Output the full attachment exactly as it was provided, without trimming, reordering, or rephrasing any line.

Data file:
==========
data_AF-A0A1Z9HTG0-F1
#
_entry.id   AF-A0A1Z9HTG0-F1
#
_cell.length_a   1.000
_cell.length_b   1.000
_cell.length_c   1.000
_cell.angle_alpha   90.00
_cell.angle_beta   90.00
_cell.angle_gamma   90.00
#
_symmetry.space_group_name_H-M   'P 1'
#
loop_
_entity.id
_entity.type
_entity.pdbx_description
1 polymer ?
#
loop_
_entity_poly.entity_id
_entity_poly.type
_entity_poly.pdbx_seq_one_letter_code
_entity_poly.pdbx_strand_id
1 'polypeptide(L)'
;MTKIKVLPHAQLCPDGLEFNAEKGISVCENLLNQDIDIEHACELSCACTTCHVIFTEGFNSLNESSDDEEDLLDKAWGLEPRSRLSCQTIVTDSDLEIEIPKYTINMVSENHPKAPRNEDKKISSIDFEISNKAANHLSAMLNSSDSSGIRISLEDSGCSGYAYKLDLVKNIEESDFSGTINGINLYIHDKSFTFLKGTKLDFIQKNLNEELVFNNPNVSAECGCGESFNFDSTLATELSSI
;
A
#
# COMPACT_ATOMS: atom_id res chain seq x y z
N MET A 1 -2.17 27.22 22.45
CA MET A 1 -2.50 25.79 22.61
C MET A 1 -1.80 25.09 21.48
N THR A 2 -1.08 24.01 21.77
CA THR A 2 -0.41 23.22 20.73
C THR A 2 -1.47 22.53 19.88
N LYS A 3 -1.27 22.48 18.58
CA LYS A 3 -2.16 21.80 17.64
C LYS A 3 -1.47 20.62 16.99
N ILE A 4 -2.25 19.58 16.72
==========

data_AF-A0A1Z9HTG0-F1
#
_entry.id   AF-A0A1Z9HTG0-F1
#
_cell.length_a   1.000
_cell.length_b   1.000
_cell.length_c   1.000
_cell.angle_alpha   90.00
_cell.angle_beta   90.00
_cell.angle_gamma   90.00
#
_symmetry.space_group_name_H-M   'P 1'
#
loop_
_entity.id
_entity.type
_entity.pdbx_description
1 polymer ?
#
loop_
_entity_poly.entity_id
_entity_poly.type
_entity_poly.pdbx_seq_one_letter_code
_entity_poly.pdbx_strand_id
1 'polypeptide(L)'
;MTKIKVLPHAQLCPDGLEFNAEKGISVCENLLNQDIDIEHACELSCACTTCHVIFTEGFNSLNESSDDEEDLLDKAWGLEPRSRLSCQTIVTDSDLEIEIPKYTINMVSENHPKAPRNEDKKISSIDFEISNKAANHLSAMLNSSDSSGIRISLEDSGCSGYAYKLDLVKNIEESDFSGTINGINLYIHDKSFTFLKGTKLDFIQKNLNEELVFNNPNVSAECGCGESFNFDSTLATELSSI
;
A
#
# COMPACT_ATOMS: atom_id res chain seq x y z
N MET A 1 -2.17 27.22 22.45
CA MET A 1 -2.50 25.79 22.61
C MET A 1 -1.80 25.09 21.48
N THR A 2 -1.08 24.01 21.77
CA THR A 2 -0.41 23.22 20.73
C THR A 2 -1.47 22.53 19.88
N LYS A 3 -1.27 22.48 18.58
CA LYS A 3 -2.16 21.80 17.64
C LYS A 3 -1.47 20.62 16.99
N ILE A 4 -2.25 19.58 16.72